17 Is Glasgow like 2012 or 2002? Glasgow Life and Scottish government want a local legacy. Glasgow replicated LOCOG’s systems for ‘Clyde-siders’ and Ambassadors for local city hosts. Capacity to link to local opportunities. Can it fund it?

18 Developing volunteering is important for sport and leisure Public sector moving out of funding sports centres, libraries, museums, sports development – in response to funding cuts. Leaving – provision by volunteers or by the private sector. Can volunteer capacity be grown to meet the gap? But to do this well needs funds for development and support.

19 References Nichols, G and Ralston, R (2014) The legacy costs of delivering the 2012 Olympic and Paralympic Games through regulatory capitalism. Leisure Studies Nichols, G and Ralston, R (2014) The 2012 Ambassadors: – second class Olympic volunteers or the best potential for developing a volunteering legacy from the Games? In K. Smith, et al. Event Volunteering, International Perspectives on the Event Volunteering Experience. Abingdon: Routledge. pp Nichols, G and Ralston, R (2014) Volunteering for the Games. In V. Girginov (ed.) Handbook of the London 2012 Olympic and Paralympic Games. Volume two: Celebrating the Games. London: Routledge. pp. 53 – 70. Nichols, G. (2012) Volunteering for the Games. In V. Girginov (ed.) The London 2012 Olympic and Paralympic Games. Volume one: Making the Games. London: Routledge. pp. 215 – 224. Nichols, G and Ralston, R (2012) Lessons from the Volunteering Legacy of the 2002 Commonwealth Games. Urban Studies. Volume 49 Issue 1 January 2012 pp Nichols, G and Ralston, R (2011) Social inclusion through volunteering – a potential legacy of the 2012 Olympic Games. Sociology. 45 (5) pp Nichols, G and Ralston, R (2011) Manchester Event Volunteers: a legacy and a role model. University of Sheffield and Manchester Metropolitan University.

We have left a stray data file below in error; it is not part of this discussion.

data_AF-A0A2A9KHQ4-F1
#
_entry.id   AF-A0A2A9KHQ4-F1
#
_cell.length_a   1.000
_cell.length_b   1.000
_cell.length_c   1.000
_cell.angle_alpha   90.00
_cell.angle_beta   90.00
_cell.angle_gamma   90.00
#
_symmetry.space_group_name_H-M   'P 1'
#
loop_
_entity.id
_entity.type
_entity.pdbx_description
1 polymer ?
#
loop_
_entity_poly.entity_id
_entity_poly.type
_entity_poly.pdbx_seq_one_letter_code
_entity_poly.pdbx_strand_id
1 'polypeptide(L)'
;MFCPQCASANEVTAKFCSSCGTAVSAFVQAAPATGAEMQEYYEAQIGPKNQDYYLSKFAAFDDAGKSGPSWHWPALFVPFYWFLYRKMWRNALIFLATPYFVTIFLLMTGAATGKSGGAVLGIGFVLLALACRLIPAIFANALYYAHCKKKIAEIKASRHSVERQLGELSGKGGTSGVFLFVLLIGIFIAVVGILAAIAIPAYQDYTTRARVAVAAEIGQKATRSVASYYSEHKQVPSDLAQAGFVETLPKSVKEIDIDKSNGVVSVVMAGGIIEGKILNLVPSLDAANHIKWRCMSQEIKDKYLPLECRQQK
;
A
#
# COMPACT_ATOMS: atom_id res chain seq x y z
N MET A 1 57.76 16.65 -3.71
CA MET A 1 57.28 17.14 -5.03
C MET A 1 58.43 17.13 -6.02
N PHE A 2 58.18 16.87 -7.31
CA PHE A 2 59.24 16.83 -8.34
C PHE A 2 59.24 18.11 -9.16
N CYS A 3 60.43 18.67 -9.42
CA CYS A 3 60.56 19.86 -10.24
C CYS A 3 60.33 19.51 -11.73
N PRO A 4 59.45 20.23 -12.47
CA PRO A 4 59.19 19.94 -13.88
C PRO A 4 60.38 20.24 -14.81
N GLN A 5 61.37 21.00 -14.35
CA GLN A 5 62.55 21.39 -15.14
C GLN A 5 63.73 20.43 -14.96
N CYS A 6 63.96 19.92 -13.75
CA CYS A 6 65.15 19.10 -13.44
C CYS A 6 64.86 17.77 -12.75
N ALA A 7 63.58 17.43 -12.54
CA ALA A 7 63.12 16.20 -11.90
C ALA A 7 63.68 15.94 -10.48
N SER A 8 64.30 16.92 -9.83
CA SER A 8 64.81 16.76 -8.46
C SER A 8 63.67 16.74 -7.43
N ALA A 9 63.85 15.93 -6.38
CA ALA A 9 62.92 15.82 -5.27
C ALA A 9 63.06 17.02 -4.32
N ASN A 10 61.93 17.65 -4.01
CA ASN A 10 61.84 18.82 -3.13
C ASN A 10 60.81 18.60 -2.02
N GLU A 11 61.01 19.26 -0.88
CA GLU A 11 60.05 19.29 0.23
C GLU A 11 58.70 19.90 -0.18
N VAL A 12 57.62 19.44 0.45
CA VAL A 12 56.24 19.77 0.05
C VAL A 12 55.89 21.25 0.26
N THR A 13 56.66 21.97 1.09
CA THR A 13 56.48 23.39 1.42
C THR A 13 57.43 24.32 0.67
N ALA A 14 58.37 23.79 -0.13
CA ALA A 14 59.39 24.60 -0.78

20 References Braithwaite, J. (2008) Regulatory Capitalism: how it works, ideas for making it work better. Cheltenham: Edward Elgar. Girginov, V. (2012) Governance of the London 2012 Olympic and Paralympic Games, in: V. Girginov (Ed.), The London 2012 Olympic and Paralympic Games. Volume one: Making the Games, pp London: Routledge. Levi-Faur, D. (2005) The global diffusion of regulatory capitalism, Annals of the American Academy of Political and Social Science. 598, pp. 12 – 32. Meijs, L., and Hoogstad, E. (2001). New ways of managing volunteers: Combining membership management and programme management. Voluntary Action 3(3),pp Raco, M. (2012) The privatization of urban development and the London Olympics City, 16(4), pp Weed, M. (2012) London 2012 legacy strategy: Ambitions, promises and implementation plans, in: V. Girginov (Ed.) The London 2012 Olympic and Paralympic Games, Volume One: Making the Games, pp London: Routledge.

21 Thank you for listening Any questions? Dr. Geoff Nichols: University of Sheffield Rita Ralston: Manchester Metropolitan University (retired)